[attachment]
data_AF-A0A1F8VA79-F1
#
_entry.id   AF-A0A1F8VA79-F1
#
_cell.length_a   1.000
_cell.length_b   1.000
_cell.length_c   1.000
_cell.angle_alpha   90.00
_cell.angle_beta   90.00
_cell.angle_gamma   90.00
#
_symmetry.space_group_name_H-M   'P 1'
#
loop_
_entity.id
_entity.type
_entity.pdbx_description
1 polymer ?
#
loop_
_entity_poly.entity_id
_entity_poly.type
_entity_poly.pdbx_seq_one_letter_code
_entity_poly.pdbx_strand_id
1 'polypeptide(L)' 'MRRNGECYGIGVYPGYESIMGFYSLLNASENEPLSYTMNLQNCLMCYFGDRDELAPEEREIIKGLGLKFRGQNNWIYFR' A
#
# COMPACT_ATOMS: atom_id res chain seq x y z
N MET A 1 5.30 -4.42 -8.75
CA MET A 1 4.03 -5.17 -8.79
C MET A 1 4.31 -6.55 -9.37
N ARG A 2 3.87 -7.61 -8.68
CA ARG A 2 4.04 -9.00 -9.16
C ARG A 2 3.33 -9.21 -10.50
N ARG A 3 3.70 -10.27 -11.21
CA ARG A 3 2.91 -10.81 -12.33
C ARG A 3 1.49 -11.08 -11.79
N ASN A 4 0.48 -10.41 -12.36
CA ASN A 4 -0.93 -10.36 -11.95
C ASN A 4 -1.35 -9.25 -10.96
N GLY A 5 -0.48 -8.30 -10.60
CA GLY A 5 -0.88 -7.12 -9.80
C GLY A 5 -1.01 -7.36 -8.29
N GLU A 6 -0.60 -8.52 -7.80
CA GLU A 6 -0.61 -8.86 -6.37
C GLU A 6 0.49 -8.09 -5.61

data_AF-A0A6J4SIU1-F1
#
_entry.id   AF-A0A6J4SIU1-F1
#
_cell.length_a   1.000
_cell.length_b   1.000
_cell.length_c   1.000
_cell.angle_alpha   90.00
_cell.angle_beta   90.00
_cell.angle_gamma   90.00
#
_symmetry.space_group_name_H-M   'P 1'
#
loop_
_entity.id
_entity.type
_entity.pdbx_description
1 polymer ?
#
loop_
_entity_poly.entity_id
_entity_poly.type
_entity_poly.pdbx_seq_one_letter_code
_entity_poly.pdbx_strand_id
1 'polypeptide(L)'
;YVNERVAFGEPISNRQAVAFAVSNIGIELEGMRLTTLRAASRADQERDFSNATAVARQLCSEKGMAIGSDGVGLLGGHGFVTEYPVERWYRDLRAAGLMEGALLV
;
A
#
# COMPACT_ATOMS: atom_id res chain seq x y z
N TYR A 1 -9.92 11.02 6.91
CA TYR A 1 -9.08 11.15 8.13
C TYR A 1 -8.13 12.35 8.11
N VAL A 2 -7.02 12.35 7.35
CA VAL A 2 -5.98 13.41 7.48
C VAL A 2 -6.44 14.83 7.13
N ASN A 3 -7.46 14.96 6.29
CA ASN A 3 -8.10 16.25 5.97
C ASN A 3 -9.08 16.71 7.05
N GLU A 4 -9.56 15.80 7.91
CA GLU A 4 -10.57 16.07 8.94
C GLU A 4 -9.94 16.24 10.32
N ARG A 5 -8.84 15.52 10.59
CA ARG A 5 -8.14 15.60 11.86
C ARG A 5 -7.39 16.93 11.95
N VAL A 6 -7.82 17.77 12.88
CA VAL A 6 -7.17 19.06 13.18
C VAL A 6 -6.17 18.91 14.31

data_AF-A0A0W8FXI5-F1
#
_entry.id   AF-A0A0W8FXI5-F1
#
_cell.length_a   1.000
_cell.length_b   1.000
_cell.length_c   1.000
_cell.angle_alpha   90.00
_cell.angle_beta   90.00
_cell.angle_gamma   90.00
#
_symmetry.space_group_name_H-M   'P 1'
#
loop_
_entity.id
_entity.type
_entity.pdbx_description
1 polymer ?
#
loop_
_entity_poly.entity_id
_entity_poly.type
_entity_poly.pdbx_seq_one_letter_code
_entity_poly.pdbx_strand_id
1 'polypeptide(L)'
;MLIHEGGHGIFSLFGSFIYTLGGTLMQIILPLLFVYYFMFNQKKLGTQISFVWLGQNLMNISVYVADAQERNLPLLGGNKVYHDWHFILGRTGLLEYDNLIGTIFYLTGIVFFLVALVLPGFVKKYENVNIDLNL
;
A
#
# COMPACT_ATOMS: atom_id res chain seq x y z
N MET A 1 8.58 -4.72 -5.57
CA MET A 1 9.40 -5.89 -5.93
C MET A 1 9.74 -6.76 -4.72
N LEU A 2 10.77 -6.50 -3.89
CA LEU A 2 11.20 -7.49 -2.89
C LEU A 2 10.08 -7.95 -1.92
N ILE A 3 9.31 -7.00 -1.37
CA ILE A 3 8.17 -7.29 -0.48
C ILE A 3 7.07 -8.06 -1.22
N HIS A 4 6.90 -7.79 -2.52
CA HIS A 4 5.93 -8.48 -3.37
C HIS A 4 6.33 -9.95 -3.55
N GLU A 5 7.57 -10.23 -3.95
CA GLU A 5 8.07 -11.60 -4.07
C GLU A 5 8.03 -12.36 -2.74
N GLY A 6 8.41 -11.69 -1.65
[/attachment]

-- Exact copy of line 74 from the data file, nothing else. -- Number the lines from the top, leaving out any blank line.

#